Millions of Americans suffer from mental health issues, whether it’s depression, heightened stress, anxiety, distress or loneliness. The outbreak of COVID-19 has made matters even worse, fostering states of worry and fear. Recent studies show evidence of a connection between mental health issues and problems with dental wellness. Continue reading to learn about the correlation between the two and how a dentist in Temple can help out.
What the Data Shows
Research results from a study conducted by the National Health and Nutrition Examination show that the majority of the participants with depression reported having a toothache in the last year. Half the people with depression admitted to having fair or poor dental health. Further research has shown a connection between periodontal (gum) disease and downward spirals in mental health.
A Closer Look at the Connection
The following shows how one’s mental state can directly or indirectly impact dental health:
- Higher Cortisol Levels – Cortisol is a hormone that is emitted in response to stressful situations. It’s one of the body’s natural defenses, allowing for heightened awareness when there is a threat. The downside is that it causes inflammation and can encourage gingivitis and periodontal disease.
- Medications – Many people take medications to help stabilize their mental health. Unfortunately, this can cause dry mouth and encourage the growth of oral bacteria and plaque.
- Anxiety-Related Problems – People who suffer from anxiety can be vulnerable to canker sores and teeth grinding (called bruxism).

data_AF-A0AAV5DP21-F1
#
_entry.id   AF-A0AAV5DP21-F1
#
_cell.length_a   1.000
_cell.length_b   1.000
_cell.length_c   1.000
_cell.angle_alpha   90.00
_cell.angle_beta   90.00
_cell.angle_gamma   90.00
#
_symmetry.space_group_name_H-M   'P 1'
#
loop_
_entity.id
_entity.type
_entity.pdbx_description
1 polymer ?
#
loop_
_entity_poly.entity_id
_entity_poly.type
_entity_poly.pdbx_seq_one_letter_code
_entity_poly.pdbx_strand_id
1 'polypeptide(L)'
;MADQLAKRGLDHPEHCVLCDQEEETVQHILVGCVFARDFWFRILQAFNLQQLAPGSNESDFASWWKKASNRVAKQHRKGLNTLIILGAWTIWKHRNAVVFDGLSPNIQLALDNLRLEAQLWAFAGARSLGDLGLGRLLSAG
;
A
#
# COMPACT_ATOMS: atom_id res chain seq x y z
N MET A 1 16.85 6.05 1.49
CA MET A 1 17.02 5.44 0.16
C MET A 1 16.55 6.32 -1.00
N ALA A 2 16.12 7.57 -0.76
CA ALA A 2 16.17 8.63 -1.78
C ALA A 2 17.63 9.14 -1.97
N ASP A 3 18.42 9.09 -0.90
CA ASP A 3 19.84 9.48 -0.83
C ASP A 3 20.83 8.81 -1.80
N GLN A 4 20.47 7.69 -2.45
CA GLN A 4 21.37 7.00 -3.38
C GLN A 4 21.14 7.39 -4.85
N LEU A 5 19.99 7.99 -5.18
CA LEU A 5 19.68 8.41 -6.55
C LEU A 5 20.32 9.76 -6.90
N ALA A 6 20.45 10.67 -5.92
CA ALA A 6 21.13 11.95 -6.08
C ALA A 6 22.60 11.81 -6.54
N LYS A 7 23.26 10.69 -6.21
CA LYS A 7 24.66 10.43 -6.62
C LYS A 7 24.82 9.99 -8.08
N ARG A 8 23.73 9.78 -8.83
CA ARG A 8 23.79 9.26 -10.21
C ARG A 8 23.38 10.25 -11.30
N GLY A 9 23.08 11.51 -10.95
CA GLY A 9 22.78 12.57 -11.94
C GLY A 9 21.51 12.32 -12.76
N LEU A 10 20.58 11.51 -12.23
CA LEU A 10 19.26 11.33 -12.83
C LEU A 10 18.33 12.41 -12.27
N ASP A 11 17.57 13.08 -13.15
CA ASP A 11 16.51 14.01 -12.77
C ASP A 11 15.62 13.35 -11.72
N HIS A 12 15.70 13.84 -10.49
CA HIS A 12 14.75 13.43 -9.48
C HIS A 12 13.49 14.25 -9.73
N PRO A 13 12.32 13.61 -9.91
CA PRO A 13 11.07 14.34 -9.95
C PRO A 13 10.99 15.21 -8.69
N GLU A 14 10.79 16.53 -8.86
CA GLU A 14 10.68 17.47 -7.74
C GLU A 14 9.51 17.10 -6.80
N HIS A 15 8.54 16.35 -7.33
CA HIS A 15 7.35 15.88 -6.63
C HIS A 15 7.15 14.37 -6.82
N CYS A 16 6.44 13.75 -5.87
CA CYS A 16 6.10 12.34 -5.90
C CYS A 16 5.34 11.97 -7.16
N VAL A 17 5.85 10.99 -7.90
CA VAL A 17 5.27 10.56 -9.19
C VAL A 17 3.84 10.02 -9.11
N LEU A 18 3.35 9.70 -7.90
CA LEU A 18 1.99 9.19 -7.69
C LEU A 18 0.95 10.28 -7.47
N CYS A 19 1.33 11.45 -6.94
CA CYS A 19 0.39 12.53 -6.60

- Dental Neglect Related to Poor Mental Health – A depressed, anxious, stressed or otherwise melancholy mental state can cause someone to neglect their dental health. This can leave an opening for several problems to develop.
When mental health issues are prevalent, the first place to start is with seeking professional counseling. Getting to the core of the problem can contribute to making the necessary dental health improvements.
It’s also important to recommit to proper dental hygiene. This involves brushing and flossing at least two times a day to keep oral bacteria at bay. Visiting a dentist semi-annually also plays a significant role in maintaining a healthy smile. While it may not be easy to share any mental health challenges, it’s best to keep the dentist in the loop, so that he or she can be on the lookout for some of the common related issues.
If you’re battling to stabilize your mental state, you’re not alone in the fight. By reaching out for help and remembering the necessity of proper dental care habits, you can overcome and experience better total wellness.
About the Author
Throughout a career that has spanned over two decades, Dr. Richard Fossum has helped his patients overcome a multitude of dental health issues. The University of Texas Dental Branch in Houston graduate still strives to expand his knowledge by taking continuing education courses so that he can continue to meet his patients’ varied needs. Dr. Fossum provides comprehensive dental care at Fossum Dental Group, and he can be reached for more information or to schedule a visit through his website.